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  • 1
    Electronic Resource
    Electronic Resource
    New York, NY [u.a.] : Wiley-Blackwell
    Biospectroscopy 2 (1996), S. 39-45 
    ISSN: 1075-4261
    Keywords: Chemistry ; Analytical Chemistry and Spectroscopy
    Source: Wiley InterScience Backfile Collection 1832-2000
    Topics: Biology , Physics
    Notes: Infrared spectroscopy was applied to the investigation of normal and oxidatively modified hepatic nuclei. The hepatic nuclei were oxidized by two different free-radical-generating systems. Infrared spectra of oxidized nuclei were remarkably different from those of normal nuclei; the major alteration found in the spectra of oxidized nuclei was the emergence of a new population of nucleic acids with a hydrogen-bonding pattern different from that of the normal phosphodiester groups, and a redistribution of the hydrogen bonding of the protein amide groups of the histones, indicative of protein-structural rearrangements. The spectral changes in the phosphate bands of the nucleic acid resemble those previously observed in different types of malignant tissue, and suggest that there could be a link between nuclei oxidation and carcinogenesis which may involve a free-radical-mediated process. © 1996 John Wiley & Sons, Inc.
    Additional Material: 4 Ill.
    Type of Medium: Electronic Resource
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  • 2
    ISSN: 1075-4261
    Keywords: Chemistry ; Analytical Chemistry and Spectroscopy
    Source: Wiley InterScience Backfile Collection 1832-2000
    Topics: Biology , Physics
    Notes: Fourier transform infrared spectroscopy has been applied to the study of human breast tumors, human breast tumor cell lines and xenografted human tumor cells. The results presented indicate that substantial differences exist on a macroscopic level between human tumors, xenografted tumors and human tumor cell lines, which are related to the presence of a significant connective tissue matrix in the tumors. On a macroscopic level tumor cell xenografts appear, in spectroscopic terms, to be relatively homogeneous with a relatively weak signature characteristic of connective tissue. Differences on a microscopic level between adjacent small (30 μm2) areas of the same xenografted tumor could be detected, which were due to local variations in collagen content. In addition to variations in collagen content, variation in the deposition of microscopic fat droplets throughout both human and xenografted tumors could be detected. These results indicate the care with which infrared spectroscopic studies of tissues must be carried out to avoid incorrect interpretation of results due to an incomplete understanding of tissue pathology. © 1995 John Wiley & Sons, Inc.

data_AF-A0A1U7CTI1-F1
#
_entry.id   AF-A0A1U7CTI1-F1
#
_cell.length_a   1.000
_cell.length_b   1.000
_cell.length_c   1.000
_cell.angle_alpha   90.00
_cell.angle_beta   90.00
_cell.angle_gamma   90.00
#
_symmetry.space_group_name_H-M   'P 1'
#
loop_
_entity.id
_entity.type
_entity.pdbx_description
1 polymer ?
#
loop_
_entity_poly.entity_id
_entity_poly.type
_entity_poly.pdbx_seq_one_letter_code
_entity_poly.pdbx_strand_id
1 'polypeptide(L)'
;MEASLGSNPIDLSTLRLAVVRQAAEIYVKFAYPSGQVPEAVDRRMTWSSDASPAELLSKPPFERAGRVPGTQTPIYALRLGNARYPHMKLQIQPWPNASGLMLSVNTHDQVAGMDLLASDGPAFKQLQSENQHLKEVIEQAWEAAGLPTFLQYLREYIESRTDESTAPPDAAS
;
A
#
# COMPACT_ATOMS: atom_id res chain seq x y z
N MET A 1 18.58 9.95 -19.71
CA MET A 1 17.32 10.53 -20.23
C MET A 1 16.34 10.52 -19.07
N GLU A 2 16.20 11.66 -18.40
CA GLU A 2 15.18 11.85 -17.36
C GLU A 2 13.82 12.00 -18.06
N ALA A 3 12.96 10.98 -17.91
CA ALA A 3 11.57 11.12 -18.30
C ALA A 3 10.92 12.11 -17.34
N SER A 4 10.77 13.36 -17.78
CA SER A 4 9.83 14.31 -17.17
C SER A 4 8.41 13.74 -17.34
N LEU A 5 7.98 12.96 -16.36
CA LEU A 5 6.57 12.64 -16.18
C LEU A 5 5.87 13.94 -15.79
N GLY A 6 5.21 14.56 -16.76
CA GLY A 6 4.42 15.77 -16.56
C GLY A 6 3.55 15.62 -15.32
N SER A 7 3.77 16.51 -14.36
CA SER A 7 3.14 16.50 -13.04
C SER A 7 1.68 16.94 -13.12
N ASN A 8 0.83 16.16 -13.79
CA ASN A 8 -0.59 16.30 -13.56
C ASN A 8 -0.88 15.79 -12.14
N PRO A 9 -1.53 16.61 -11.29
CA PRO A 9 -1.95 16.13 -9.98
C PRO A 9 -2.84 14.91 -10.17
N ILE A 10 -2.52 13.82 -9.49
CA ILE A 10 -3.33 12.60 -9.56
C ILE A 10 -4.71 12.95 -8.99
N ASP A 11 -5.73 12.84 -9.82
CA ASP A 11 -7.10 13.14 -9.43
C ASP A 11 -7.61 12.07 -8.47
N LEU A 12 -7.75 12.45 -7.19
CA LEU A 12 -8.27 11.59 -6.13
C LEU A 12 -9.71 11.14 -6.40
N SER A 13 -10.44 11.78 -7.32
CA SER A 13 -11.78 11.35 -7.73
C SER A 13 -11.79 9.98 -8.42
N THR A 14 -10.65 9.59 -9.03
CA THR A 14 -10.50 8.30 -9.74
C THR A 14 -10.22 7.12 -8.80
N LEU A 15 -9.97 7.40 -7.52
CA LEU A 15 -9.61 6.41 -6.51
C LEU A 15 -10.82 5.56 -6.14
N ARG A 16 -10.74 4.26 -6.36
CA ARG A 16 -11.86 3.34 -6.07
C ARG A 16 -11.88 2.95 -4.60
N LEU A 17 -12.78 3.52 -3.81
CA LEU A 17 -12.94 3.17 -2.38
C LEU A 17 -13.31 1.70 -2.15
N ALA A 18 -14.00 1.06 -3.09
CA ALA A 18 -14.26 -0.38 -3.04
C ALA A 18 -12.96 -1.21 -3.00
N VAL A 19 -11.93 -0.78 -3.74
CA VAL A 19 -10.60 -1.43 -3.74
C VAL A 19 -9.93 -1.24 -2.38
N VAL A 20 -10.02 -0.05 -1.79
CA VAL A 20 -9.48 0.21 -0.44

Additional Material: 7 Ill.
    Type of Medium: Electronic Resource
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  • 3
    ISSN: 1075-4261
    Keywords: near-IR ; protein folding ; denaturation ; ribonuclease A ; overtone and combination bands ; 2-dimensional correlation analysis ; Chemistry ; Analytical Chemistry and Spectroscopy
    Source: Wiley InterScience Backfile Collection 1832-2000
    Topics: Biology , Physics